Along the Air Line... 2013 - Spring, Part 6
The Air Line Trail in Eastern Connecticut - Stan Malcolm Photos

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Stan Malcolm Photo

 

 

May 6th.  Lush colors at the Route 85 trail head in Amston.

 

 

 

 

 

Serviceberry (Amelanchier arborea) is in full bloom now.

 

 

Spring colors at their peak.

 

 

 

 

 

May 7th.  Tree Swallow (Tachycineta bicolor).

 

 

 

 

 

 

 

 

A male Mallard (Anas platyrhynchos).

 

 

QUACK!

 

 

 

 

 

May 7th, afternoon, at the heron roost in Lebanon.  Activity on two of the nests, and nearby American Toads were in chorus.

 

 

Clouds coming in ahead of rain promised for tomorrow.

 

 

May 9th.  A break in the rain long enough for a walk east of Route 207.  Crab Apple at the parking area.

 

 

 

 

 

Grape (Vitus sp.) leaf and flower buds unfurling.

 

 

Green Frog (Rana clamitans) in a trailside ditch.

 

 

 

 

 

Canada Geese (Branta canadensis) and goslings at the Rod & Gun Club clearing.

 

 

First Baltimore Oriole (Icterus galbula) I've seen this year.

 

 

 

 

 

May 10th.  A foggy 50 degrees.

 

 

 

 

 

 

 

 

 

 

 

 

 

 

 

 

 

 

 

 

 

 

 

Several Baltimore Oriole (Icterus galbula) out this morning.

 

 

Dew on backlit oak leaves.

 

 

A short afternoon walk, focused on macro photography.  This is a Speedwell (Veronica sp.).  Flowers about 5mm across.

 

 

 

 

 

 

 

 

Chickweed (Stellaria sp.).

 

 

Probably Wood Strawberry (Fragraria vesca).

 

 

Buttercups (Ranunculus sp.).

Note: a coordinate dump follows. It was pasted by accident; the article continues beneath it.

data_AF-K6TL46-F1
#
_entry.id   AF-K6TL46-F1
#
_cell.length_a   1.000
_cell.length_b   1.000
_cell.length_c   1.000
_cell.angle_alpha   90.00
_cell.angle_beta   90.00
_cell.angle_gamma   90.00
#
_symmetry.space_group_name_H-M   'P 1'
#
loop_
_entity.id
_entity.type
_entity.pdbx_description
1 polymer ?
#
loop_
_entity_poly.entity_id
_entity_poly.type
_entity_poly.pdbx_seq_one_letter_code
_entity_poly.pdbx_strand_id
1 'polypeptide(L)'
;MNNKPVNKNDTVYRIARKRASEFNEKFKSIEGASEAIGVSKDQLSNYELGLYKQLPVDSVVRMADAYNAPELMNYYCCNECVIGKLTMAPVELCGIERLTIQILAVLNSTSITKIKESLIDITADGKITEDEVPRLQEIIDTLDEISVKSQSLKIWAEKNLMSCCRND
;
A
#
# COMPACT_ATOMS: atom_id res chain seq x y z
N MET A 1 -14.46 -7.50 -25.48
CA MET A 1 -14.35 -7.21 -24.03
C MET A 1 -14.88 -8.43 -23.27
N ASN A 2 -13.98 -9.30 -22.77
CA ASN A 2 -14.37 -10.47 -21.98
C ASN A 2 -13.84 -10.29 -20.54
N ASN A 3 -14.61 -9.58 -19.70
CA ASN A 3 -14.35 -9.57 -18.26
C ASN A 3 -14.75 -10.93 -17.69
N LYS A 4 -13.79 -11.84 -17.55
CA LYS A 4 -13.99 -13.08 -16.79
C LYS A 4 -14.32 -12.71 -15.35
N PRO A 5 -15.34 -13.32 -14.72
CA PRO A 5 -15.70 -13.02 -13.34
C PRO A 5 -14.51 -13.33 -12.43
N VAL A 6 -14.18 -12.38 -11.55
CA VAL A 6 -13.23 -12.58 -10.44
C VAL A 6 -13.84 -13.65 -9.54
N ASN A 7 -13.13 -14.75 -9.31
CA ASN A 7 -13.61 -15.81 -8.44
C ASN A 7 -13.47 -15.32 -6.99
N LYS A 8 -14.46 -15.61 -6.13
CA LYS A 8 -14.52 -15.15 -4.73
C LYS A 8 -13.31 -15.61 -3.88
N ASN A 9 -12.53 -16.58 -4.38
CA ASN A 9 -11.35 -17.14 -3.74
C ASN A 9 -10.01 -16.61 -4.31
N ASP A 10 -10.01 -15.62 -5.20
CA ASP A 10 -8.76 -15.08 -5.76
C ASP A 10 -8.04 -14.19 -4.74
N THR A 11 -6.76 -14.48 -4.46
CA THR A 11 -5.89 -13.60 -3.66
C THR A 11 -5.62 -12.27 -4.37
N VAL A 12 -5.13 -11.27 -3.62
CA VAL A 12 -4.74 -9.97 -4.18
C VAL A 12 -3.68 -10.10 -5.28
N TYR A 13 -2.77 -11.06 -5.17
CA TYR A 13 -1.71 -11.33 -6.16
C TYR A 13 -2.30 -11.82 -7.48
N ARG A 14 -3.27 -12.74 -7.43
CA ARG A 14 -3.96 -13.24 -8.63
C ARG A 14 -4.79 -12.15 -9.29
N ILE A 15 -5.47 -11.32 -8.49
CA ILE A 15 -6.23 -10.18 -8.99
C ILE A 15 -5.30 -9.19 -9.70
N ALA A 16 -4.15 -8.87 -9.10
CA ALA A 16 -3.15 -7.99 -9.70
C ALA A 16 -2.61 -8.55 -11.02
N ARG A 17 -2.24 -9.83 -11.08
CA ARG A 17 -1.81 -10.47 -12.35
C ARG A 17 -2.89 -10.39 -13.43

Spurge (Euphorbia sp.).  What appears to be the flowers are actually bracts.  The flowers are small and arise between the bracts.

 

 

Lots of insects were visiting them; the most common being ants (Family Formicidae).

 

 

 

 

 

 

 

 

 

 

 

 

 

 

A female parasitic wasp (Family Ichneumonidae or Braconidae) searching for other insects into which it will insert its eggs.

 

 

 

 

 

A fly; not sure which family.

 

 

Probably a Long-jawed Orb Weaver (Tetragnatha sp.).  As is typical of these spiders, they rest under a grass leaf with their legs extended along the blade.  This one has one leg extended to a silk strand.  When this strand is disturbed by an insect caught in the web, the spider investigates.

 

 

 

 

 

A Leafhopper - also called a Sharpshooter (Family Cicadellidae).  This one moved around the back of the stem to keep out of my sight, no matter which way I moved for a better view.  It has one eye on me.

 

 

Dandelion seeds.

 

 

 

 

 

 

 

 

Lots of invasive Barberry (Berberus sp.) in bloom.

 

 

 

 

 

Jack-in-the-Pulpit (Arasaema sp.).

 

 

Morrow's Honeysuckle (Lonicera morrowii) has just started blooming.

 

 

May 12th. Pink form of Morrow's Honeysuckle.

 

 

First of the Pink Lady's-slipper orchids (Cypripedium acaule) to pink-up.